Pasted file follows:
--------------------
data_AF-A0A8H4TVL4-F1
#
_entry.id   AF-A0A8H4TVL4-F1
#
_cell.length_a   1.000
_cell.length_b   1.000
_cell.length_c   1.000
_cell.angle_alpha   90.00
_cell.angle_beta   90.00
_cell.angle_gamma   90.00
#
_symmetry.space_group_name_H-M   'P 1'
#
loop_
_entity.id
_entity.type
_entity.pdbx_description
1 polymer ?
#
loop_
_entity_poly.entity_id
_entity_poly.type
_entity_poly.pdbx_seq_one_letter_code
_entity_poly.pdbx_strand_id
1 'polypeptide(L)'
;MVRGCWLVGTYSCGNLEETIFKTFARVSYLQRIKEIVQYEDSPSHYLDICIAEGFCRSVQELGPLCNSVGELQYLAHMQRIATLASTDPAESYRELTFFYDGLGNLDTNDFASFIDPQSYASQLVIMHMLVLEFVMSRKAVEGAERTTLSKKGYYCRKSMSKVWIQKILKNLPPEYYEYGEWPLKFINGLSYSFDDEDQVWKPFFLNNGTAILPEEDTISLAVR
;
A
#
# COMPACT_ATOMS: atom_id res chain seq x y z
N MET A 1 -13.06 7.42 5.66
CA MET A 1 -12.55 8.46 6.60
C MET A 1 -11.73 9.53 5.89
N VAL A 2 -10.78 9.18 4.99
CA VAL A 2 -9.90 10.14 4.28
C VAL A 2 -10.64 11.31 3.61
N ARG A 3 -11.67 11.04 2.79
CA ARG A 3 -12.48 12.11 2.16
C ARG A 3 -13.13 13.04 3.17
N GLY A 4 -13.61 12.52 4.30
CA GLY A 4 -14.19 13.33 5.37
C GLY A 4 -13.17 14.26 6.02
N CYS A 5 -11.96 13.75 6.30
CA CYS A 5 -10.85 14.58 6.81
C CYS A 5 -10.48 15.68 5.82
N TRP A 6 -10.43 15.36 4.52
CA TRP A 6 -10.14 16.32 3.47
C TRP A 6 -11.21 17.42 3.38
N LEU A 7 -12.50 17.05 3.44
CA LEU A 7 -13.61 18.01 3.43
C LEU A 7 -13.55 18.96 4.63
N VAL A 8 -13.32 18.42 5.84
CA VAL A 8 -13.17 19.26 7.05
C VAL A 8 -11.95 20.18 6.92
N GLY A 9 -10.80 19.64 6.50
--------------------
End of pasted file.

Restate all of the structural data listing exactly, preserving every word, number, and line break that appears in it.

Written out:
data_AF-A0A8H4TVL4-F1
#
_entry.id   AF-A0A8H4TVL4-F1
#
_cell.length_a   1.000
_cell.length_b   1.000
_cell.length_c   1.000
_cell.angle_alpha   90.00
_cell.angle_beta   90.00
_cell.angle_gamma   90.00
#
_symmetry.space_group_name_H-M   'P 1'
#
loop_
_entity.id
_entity.type
_entity.pdbx_description
1 polymer ?
#
loop_
_entity_poly.entity_id
_entity_poly.type
_entity_poly.pdbx_seq_one_letter_code
_entity_poly.pdbx_strand_id
1 'polypeptide(L)'
;MVRGCWLVGTYSCGNLEETIFKTFARVSYLQRIKEIVQYEDSPSHYLDICIAEGFCRSVQELGPLCNSVGELQYLAHMQRIATLASTDPAESYRELTFFYDGLGNLDTNDFASFIDPQSYASQLVIMHMLVLEFVMSRKAVEGAERTTLSKKGYYCRKSMSKVWIQKILKNLPPEYYEYGEWPLKFINGLSYSFDDEDQVWKPFFLNNGTAILPEEDTISLAVR
;
A
#
# COMPACT_ATOMS: atom_id res chain seq x y z
N MET A 1 -13.06 7.42 5.66
CA MET A 1 -12.55 8.46 6.60
C MET A 1 -11.73 9.53 5.89
N VAL A 2 -10.78 9.18 4.99
CA VAL A 2 -9.90 10.14 4.28
C VAL A 2 -10.64 11.31 3.61
N ARG A 3 -11.67 11.04 2.79
CA ARG A 3 -12.48 12.11 2.16
C ARG A 3 -13.13 13.04 3.17
N GLY A 4 -13.61 12.52 4.30
CA GLY A 4 -14.19 13.33 5.37
C GLY A 4 -13.17 14.26 6.02
N CYS A 5 -11.96 13.75 6.30
CA CYS A 5 -10.85 14.58 6.81
C CYS A 5 -10.48 15.68 5.82
N TRP A 6 -10.43 15.36 4.52
CA TRP A 6 -10.14 16.32 3.47
C TRP A 6 -11.21 17.42 3.38
N LEU A 7 -12.50 17.05 3.44
CA LEU A 7 -13.61 18.01 3.43
C LEU A 7 -13.55 18.96 4.63
N VAL A 8 -13.32 18.42 5.84
CA VAL A 8 -13.17 19.26 7.05
C VAL A 8 -11.95 20.18 6.92
N GLY A 9 -10.80 19.64 6.50